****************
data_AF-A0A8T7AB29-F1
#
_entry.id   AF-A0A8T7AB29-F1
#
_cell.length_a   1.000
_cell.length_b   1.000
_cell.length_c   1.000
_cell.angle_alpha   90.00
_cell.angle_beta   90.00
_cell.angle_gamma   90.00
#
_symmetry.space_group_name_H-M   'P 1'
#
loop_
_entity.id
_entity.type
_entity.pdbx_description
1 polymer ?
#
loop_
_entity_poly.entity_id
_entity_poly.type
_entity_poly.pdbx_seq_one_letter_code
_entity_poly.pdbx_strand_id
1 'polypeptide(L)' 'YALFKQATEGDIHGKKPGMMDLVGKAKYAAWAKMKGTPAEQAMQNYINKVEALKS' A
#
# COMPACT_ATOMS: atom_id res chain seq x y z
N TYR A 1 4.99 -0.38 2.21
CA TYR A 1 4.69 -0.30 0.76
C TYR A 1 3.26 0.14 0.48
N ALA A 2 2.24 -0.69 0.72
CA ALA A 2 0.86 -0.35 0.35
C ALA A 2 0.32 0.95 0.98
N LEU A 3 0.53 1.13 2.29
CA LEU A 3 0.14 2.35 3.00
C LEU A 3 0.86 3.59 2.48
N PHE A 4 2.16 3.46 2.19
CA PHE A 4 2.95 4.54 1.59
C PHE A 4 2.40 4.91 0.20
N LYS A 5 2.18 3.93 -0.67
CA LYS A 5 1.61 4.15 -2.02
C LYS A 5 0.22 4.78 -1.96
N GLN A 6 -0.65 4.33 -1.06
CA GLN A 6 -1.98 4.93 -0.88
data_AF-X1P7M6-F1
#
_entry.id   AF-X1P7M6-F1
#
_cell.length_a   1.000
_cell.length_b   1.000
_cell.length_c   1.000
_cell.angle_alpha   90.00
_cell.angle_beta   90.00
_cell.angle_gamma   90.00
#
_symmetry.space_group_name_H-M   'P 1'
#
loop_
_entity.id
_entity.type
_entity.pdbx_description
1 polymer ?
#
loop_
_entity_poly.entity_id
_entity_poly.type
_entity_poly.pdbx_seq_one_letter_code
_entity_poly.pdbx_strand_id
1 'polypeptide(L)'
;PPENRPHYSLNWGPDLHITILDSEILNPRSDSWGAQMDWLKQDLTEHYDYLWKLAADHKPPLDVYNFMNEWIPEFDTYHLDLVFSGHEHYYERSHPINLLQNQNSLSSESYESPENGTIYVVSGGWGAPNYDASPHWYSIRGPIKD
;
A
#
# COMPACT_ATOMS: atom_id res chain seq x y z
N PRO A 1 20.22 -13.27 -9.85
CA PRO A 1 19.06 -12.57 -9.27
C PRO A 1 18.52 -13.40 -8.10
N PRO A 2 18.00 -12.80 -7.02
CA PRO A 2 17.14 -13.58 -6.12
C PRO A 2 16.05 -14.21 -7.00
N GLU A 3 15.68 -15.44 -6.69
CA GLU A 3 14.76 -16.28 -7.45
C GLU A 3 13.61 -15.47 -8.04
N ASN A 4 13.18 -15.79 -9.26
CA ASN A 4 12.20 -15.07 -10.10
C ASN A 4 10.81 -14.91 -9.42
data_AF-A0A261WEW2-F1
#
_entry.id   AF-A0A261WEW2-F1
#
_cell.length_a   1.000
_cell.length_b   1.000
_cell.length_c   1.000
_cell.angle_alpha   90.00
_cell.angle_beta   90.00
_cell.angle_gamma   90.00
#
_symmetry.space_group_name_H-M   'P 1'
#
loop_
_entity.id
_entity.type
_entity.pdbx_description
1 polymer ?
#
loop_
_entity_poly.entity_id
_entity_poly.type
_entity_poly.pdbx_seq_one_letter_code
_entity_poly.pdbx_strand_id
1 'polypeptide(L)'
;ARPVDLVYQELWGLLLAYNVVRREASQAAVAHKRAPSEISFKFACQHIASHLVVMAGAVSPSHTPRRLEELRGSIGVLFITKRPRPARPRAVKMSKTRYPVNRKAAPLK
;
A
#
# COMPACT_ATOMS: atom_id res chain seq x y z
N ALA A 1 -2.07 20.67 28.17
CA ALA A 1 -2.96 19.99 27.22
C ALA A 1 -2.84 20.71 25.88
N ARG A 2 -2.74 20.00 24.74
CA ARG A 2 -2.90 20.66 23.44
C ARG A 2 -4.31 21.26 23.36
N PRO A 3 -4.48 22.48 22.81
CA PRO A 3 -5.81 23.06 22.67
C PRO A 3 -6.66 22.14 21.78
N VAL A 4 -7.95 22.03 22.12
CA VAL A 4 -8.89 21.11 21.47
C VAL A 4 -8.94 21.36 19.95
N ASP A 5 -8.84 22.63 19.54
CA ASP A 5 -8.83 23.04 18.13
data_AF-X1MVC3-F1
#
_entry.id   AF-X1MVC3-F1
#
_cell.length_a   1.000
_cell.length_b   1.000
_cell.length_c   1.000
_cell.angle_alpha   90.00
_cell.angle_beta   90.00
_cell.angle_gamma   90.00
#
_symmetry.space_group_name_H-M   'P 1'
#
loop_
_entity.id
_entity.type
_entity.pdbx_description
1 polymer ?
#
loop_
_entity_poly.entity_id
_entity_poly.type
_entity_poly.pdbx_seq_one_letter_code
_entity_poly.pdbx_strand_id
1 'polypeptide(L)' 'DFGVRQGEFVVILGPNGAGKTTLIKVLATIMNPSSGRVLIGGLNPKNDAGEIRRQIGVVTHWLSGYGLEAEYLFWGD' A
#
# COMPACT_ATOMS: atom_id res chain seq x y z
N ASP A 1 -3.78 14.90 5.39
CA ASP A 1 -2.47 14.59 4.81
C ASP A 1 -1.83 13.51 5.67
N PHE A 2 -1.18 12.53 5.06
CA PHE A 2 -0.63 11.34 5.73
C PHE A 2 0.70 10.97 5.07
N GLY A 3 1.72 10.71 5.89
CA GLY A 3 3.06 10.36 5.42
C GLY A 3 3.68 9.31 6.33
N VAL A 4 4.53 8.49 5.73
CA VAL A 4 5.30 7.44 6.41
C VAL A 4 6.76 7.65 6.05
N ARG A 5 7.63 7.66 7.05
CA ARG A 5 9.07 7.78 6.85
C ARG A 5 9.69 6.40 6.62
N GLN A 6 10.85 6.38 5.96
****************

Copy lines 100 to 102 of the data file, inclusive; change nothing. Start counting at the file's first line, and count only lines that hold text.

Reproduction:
loop_
_entity.id
_entity.type